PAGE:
6. It was further contended by the learned counsel for the petitioner that the inferences drawn by respondent No.1 on the basis of circumstances and statements made during litigation between the parties cannot be considered defamatory under Sections 499/500 IPC. The police officer, who investigated the complaint of respondent No.1 and witnesses examined under Section 161 Cr.P.C. by the police, cannot be made co-accused in a defamation complaint. Admittedly, respondent No.1 is litigating with the petitioners and the averments made by the petitioners in civil proceedings, which are under adjudication, cannot be made the subject matter of a complaint for defamation. Even if it is presumed that the statements made by the petitioners are defamatory in nature, they would be covered by the fifth exception to Section 499 IPC.
7. It was lastly contended by the learned senior counsel for the petitioners that from the allegations made in complaint and keeping in view the conduct of respondent No.1, it is apparent that respondent No.1 is only interested in implicating the petitioners in false criminal cases by filing false complaints and the said conduct of respondent No.1 amounts to an abuse of the process of Court.
8. In supports of his submissions, learned senior counsel for the petitioners relied upon a catena of judgments which include, ‘Raminder Kaur Bedi v. Jatinder Singh Bedi’, 1989 (16) DRJ 154; ‘S.P. Satsangi v. Krishna Kumar Satsangi’, II (2007) DMC 425; ‘Alli Rani Joseph Mathew v. P. Arun Kumar’, 2013 (1) CTC 661; ‘Gopi R. Mallya v. Smt. Pushpa’, 1997 Kar LJ 216 ; ‘Geetha v. A.K. Dhamodharan’, CDJ 2011 MHC 3809; ‘Re: P. Ramaswami Mudaliar’, (1938) 1 MLJ 810; ‘M.P. Singh Sahni v. State’, Crl.M.C. No. 3779 of 2003 decided on 30.05.2013; ‘Indian Oil Corporation Ltd. v. NEPC India Ltd & Ors.’, AIR 2006 SC 2780 and ‘Shatrughan Prasad Sinha v. Rajbhau Surajmal Rathi & Ors.’, (1996) 6 SCC 263.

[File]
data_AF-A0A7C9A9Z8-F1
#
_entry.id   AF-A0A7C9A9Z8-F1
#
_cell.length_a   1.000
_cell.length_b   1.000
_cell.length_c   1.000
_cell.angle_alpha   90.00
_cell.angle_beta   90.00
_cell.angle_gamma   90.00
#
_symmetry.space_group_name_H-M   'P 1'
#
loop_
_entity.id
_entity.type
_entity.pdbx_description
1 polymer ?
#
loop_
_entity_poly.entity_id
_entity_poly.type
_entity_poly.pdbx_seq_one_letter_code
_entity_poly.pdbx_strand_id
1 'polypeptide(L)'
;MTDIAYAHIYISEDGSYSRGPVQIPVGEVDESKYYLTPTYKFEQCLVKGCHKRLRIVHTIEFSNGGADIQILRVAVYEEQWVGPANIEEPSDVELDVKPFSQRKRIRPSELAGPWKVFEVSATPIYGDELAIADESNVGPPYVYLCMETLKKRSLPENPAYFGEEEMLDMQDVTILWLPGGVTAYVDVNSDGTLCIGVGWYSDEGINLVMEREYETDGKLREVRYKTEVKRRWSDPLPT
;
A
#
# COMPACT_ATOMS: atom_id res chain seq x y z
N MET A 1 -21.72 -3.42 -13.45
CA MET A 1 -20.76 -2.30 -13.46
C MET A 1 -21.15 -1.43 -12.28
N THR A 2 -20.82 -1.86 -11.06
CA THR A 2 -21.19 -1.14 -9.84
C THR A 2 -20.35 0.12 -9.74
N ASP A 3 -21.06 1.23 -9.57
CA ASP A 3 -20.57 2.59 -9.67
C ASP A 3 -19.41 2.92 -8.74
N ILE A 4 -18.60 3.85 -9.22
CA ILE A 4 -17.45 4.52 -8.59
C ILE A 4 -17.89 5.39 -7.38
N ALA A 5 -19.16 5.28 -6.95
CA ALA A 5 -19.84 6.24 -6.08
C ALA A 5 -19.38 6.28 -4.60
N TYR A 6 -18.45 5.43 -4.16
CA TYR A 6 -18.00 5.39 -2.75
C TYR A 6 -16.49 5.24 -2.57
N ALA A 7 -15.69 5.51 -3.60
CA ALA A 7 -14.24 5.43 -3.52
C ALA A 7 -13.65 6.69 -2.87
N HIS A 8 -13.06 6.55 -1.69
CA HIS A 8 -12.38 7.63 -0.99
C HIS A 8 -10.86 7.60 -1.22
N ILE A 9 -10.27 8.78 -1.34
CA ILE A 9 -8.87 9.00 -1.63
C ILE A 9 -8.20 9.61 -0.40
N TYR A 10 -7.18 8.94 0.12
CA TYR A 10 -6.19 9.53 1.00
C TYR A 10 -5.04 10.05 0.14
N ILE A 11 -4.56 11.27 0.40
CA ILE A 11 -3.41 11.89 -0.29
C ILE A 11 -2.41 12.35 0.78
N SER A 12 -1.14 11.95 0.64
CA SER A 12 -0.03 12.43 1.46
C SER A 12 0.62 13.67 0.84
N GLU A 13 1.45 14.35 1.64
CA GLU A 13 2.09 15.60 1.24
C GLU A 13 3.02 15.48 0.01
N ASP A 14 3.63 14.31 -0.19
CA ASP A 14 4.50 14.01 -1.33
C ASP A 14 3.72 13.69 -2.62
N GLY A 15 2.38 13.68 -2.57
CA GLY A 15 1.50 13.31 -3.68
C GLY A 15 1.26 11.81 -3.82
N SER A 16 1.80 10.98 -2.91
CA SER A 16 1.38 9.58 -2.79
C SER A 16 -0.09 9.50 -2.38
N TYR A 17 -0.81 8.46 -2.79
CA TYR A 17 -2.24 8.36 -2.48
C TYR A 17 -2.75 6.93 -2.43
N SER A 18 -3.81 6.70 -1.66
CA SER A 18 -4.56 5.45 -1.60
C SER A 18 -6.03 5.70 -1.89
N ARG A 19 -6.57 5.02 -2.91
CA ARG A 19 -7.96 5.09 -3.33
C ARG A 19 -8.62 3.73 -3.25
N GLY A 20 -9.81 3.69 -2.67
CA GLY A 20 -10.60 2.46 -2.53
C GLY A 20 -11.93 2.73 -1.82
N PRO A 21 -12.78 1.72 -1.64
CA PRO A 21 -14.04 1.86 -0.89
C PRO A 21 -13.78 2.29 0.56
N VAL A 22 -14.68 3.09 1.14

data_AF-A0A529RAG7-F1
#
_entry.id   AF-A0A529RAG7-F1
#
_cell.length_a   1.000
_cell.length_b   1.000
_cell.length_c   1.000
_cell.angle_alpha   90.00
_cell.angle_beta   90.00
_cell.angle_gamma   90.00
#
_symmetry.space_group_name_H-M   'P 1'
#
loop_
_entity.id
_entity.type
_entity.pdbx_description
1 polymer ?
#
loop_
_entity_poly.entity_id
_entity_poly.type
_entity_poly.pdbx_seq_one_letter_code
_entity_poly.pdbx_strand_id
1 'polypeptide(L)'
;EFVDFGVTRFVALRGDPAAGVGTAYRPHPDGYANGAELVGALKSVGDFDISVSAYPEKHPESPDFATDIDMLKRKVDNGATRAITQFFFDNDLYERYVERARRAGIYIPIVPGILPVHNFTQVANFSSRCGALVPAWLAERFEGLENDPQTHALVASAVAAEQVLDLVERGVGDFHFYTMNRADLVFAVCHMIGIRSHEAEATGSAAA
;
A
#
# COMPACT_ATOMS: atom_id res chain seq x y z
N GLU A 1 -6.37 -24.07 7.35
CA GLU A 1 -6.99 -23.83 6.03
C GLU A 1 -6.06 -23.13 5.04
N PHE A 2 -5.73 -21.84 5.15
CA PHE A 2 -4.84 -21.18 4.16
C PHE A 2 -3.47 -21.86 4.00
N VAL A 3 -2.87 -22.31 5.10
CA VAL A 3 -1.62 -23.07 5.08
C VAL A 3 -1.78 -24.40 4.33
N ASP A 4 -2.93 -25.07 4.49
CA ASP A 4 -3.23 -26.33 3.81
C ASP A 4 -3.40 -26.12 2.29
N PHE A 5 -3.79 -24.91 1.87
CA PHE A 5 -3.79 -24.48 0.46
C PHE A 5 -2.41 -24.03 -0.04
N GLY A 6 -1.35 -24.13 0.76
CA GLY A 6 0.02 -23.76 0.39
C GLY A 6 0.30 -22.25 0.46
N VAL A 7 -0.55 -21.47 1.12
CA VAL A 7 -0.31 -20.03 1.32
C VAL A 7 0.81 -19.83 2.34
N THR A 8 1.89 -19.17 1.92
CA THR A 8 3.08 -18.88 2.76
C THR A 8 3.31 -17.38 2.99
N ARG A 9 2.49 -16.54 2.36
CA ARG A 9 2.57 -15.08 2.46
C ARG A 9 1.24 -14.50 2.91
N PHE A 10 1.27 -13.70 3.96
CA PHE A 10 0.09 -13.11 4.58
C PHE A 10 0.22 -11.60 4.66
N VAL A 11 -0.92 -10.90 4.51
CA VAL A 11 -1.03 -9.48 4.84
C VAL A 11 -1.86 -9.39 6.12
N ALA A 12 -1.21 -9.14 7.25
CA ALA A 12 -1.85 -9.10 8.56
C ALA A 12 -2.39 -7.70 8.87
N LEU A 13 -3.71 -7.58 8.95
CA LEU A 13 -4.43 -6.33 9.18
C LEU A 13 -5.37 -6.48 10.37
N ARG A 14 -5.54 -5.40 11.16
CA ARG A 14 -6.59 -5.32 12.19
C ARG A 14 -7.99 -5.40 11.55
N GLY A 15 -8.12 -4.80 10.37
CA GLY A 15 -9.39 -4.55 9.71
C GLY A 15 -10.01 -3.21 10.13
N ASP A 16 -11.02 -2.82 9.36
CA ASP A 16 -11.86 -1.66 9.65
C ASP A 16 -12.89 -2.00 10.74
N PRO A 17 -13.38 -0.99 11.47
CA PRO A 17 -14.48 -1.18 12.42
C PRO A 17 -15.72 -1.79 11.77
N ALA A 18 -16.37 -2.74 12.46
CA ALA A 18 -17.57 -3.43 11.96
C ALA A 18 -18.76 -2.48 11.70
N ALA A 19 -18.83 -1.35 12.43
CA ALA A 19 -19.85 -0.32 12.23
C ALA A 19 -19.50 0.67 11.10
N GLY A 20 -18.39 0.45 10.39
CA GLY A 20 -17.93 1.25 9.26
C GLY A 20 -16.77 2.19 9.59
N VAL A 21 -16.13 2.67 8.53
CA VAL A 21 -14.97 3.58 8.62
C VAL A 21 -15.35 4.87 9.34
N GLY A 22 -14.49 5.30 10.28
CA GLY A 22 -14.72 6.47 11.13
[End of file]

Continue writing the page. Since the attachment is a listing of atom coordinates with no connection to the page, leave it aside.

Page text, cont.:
9. Per contra, learned counsel for respondent No.1 contended that the present petition is not maintainable on the face of it as the trial court is seized with the matter and has taken cognizance on the basis of pre-summoning evidence led by respondent No.1. The trial court summoned the petitioners only after being prima facie convinced by the act of defamation by the petitioners. The sole purpose of the petitioners is to malign and defame the image of respondent No.1 before the courts by averting that she has demanded huge sum of money for settlement. The petitioners have always made highly defamatory false statements. In the present petition also the petitioners tried to do the same thing by showing that respondent No.1 has demanded huge sum for settlement of dispute. The petitioners have kept this court in dark by not filing the entire documents on record with the present petition which are relied upon by respondent No.1 before the trial court on the basis of which trial court established a prima facie case against the accused persons. The chain of circumstances established by the respondent No.1 in her complaint clearly show the common intention shared by the petitioners and other accused persons in connivance with each other to defame and malign respondent No.1?s character.
10. It was further contended by the learned counsel for respondent No.1 that pleadings filed by the petitioners in civil proceedings, can be quoted out of context and used for filing a complaint for defamation. Any averment made in judicial records containing defamatory statements, amounts to publication as the judicial records are public documents. Fifth exception to Section 499 IPC is not applicable to the present proceedings as it is solely based upon the proposition of good faith, which cannot be decided at a preliminary stage and could only be determined after completion of trial. This Court while exercising its inherent powers cannot quash the complaint only on the basis that the trial will not result in conviction of the accused persons. The opinion given by the IO in the closure reports without any substantive proof on record are not the acts done in official capacity and may have an effect of tarnishing the image of respondent No.1 before the public.